PARIS – Patients with knee osteoarthritis are significantly more likely to experience a flare if they report a higher negative mood in the previous 10 days.
Passive coping strategies such as "I restrict my social activities" or "I focus on the location and intensity of pain" were also significantly associated with an increased risk of flares, while more active coping strategies were protective in a Web-based, case-crossover study.
"We really need to elaborate on this, replicate it, and elucidate this connection because psychosocial factors of mood and pain coping are modifiable and ultimately may improve our patients experience of this disease, osteoarthritis," Dr. David J. Hunter said at the World Congress on Osteoarthritis.
The investigators recruited 298 patients with symptomatic knee osteoarthritis (OA) and asked them to log on to the study website if they experienced a knee pain exacerbation over 3 months of follow-up.
Daily mood (negative/positive) in the previous 10 days was assessed using the Profile of Mood States (POMS) questionnaire. The Pain Coping Inventory (PCI) was used to assess daily pain coping in the previous 30 days.
Pain exacerbation during follow-up was defined as a 2-unit increase in the patient’s visual analog knee pain score (10-point scale) from his or her mildest pain score reported at the baseline visit, said Dr. Hunter, the Florance and Cope Chair of Rheumatology, Northern Clinical School, University of Sydney, Australia.
Most of the patients were female (61%) and white (92%), and their average body mass index was 29.4 kg/m2. Their average baseline Knee injury and Osteoarthritis Outcome Score (KOOS) symptoms subscale score was 44.5 and KOOS pain subscale score 55.6.
The average POMS positive mood score was 33.9 and average negative mood (for example, distressed, irritable, nervous) score 16.5, both on a 50-point scale. The average PCI passive coping score was 8.1 on a 24-point scale, and average PCI active coping score 12.2 on a 20-point scale.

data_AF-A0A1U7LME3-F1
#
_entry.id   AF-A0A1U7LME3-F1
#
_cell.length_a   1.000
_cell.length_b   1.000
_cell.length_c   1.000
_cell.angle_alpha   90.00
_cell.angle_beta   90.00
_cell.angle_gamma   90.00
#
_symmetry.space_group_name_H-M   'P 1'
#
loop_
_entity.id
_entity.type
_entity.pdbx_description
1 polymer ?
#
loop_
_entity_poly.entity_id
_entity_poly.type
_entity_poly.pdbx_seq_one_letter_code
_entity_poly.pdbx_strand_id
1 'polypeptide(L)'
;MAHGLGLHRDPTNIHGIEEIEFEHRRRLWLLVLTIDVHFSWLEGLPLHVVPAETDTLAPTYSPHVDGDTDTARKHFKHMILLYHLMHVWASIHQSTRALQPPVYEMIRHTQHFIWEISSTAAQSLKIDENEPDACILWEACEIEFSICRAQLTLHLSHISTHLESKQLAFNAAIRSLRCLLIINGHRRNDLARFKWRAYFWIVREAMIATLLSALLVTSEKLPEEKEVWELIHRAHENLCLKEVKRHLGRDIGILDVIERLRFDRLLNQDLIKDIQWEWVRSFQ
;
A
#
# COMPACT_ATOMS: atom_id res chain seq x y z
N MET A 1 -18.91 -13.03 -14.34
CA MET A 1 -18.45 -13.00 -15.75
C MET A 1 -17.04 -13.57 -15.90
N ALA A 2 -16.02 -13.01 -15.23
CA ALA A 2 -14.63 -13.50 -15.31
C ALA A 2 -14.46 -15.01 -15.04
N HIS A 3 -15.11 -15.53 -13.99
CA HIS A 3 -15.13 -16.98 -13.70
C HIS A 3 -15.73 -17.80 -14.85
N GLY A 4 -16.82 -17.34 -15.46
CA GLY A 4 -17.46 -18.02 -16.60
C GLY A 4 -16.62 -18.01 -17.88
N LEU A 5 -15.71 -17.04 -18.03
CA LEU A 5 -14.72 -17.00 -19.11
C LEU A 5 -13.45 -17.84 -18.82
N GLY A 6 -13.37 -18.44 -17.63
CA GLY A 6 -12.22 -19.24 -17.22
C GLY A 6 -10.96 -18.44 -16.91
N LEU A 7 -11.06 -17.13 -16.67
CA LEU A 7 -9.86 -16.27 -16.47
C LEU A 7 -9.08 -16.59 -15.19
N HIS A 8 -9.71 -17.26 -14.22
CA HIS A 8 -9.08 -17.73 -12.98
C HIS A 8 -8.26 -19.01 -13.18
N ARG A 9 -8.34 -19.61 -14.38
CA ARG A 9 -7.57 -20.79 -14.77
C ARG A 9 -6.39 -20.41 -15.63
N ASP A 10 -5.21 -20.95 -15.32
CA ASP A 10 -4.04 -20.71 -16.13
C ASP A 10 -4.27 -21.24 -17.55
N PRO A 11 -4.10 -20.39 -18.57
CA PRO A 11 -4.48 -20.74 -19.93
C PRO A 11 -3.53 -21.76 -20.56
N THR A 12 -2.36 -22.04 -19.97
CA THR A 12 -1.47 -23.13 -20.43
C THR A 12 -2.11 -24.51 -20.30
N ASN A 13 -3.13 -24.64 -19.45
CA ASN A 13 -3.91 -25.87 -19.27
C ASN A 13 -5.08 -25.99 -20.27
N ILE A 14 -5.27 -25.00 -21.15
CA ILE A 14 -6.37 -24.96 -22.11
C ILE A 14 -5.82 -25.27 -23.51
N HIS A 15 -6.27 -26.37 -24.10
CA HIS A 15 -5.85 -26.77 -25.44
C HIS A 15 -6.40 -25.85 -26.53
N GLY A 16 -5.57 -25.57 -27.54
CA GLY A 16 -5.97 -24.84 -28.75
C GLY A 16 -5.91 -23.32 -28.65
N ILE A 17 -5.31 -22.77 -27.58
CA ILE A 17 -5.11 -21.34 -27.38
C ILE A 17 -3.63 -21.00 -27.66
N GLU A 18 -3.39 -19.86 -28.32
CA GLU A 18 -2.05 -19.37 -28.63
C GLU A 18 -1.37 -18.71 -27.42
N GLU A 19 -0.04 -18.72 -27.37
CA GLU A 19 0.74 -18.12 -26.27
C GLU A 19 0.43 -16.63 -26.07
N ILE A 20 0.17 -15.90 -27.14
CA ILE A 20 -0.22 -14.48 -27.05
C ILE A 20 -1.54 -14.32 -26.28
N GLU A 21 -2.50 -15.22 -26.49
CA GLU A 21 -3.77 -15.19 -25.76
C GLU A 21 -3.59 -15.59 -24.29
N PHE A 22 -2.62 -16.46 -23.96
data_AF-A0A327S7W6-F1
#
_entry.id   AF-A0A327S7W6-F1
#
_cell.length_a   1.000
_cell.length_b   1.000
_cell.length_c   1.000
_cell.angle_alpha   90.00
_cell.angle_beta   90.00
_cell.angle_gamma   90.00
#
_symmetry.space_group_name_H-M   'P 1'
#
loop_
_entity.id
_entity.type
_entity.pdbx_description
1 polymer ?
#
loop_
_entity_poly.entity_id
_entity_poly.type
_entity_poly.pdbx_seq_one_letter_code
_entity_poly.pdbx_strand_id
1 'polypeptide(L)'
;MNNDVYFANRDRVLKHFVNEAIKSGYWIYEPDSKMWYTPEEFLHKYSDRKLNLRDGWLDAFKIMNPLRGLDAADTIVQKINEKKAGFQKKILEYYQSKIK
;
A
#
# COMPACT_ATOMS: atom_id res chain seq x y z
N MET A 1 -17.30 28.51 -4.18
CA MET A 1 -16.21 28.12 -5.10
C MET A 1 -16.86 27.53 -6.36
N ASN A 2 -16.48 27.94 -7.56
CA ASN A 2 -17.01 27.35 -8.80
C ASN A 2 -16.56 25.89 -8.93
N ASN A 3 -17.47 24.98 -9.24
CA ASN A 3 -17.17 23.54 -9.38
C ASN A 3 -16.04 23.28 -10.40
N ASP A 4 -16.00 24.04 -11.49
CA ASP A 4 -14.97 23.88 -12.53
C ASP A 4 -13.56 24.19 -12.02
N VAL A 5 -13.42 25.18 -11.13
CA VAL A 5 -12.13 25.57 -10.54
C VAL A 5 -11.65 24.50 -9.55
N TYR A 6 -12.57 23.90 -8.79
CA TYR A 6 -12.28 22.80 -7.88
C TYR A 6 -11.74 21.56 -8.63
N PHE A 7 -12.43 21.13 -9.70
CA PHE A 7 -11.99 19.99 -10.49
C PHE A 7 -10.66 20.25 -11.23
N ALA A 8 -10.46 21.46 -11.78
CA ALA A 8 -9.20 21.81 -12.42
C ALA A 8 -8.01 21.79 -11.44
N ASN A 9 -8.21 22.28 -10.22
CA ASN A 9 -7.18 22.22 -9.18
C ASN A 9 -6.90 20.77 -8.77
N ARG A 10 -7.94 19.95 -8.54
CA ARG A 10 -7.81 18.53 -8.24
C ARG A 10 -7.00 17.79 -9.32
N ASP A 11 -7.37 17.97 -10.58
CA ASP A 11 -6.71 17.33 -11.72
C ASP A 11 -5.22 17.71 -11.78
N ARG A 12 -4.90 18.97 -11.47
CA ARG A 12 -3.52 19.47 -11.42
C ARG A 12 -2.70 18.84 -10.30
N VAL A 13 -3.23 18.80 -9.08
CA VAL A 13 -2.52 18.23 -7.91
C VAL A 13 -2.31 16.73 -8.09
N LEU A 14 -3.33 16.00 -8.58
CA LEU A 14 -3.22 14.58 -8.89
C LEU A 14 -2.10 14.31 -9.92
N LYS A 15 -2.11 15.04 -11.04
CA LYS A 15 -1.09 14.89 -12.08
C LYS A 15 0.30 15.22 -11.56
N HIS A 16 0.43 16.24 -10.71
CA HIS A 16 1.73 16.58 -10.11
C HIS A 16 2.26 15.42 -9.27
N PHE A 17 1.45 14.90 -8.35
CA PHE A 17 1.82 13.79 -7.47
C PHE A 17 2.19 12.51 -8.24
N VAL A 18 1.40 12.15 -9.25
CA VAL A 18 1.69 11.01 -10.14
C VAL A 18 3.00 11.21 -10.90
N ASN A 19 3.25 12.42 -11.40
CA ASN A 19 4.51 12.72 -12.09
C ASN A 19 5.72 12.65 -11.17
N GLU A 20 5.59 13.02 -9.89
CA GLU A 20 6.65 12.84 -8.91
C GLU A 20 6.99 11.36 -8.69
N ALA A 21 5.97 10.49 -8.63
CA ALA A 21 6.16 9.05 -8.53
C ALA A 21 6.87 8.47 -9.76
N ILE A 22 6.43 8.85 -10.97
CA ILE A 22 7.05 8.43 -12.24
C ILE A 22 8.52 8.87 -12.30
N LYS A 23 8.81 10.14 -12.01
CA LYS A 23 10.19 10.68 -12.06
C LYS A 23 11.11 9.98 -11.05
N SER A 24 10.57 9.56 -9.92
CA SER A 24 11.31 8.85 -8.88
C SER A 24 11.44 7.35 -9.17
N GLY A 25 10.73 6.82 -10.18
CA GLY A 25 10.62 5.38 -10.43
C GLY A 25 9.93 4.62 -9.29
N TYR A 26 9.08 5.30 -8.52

In conditional logistic regression analyses, increasing negative affect scores were significantly associated with having a pain exacerbation (P less than .001) such that patients with a score of 13-17 were nearly three times more likely to experience a flare (odds ratio, 2.77) and those with a score of 18 or more were 6.5 times more likely to do so (OR, 6.5), Dr. Hunter said.
Patients with higher PCI passive coping scores were also significantly more likely to have a pain exacerbation (OR, 1.26; P = .01), while those with more active coping strategies such as "I stay busy or active," or "I clear my mind of bothersome thoughts" were less likely to have a pain flare (OR, 0.81; P = .03).
During a discussion of the results, Dr. Hunter said they have yet to look at trajectories to see whether patients returned to their prior pain level.
Session comoderator Aileen Davis, Ph.D., senior scientist with the Toronto Western Research Institute, said the general literature recognizes there is a psychosocial component to OA pain, but that this is the first study to make the direct link with OA pain flares.
If the results can be replicated, "It means there’s a lot more we can do in terms of coping strategies and in recognizing this a lot more often," she said in an interview at the meeting, sponsored by the Osteoarthritis Research Society International.
Since many OA patients are cared for by primary care physicians, Dr. Davis suggested they may want to have a psychosocial profile of their OA patients and push management strategies or referrals to psychologists or social workers skilled in coping strategies to patients who are "fluctuators," so they can "proactively change how they’re doing things."
Dr. Hunter reported support from the Australian National Health and Medical Research Council.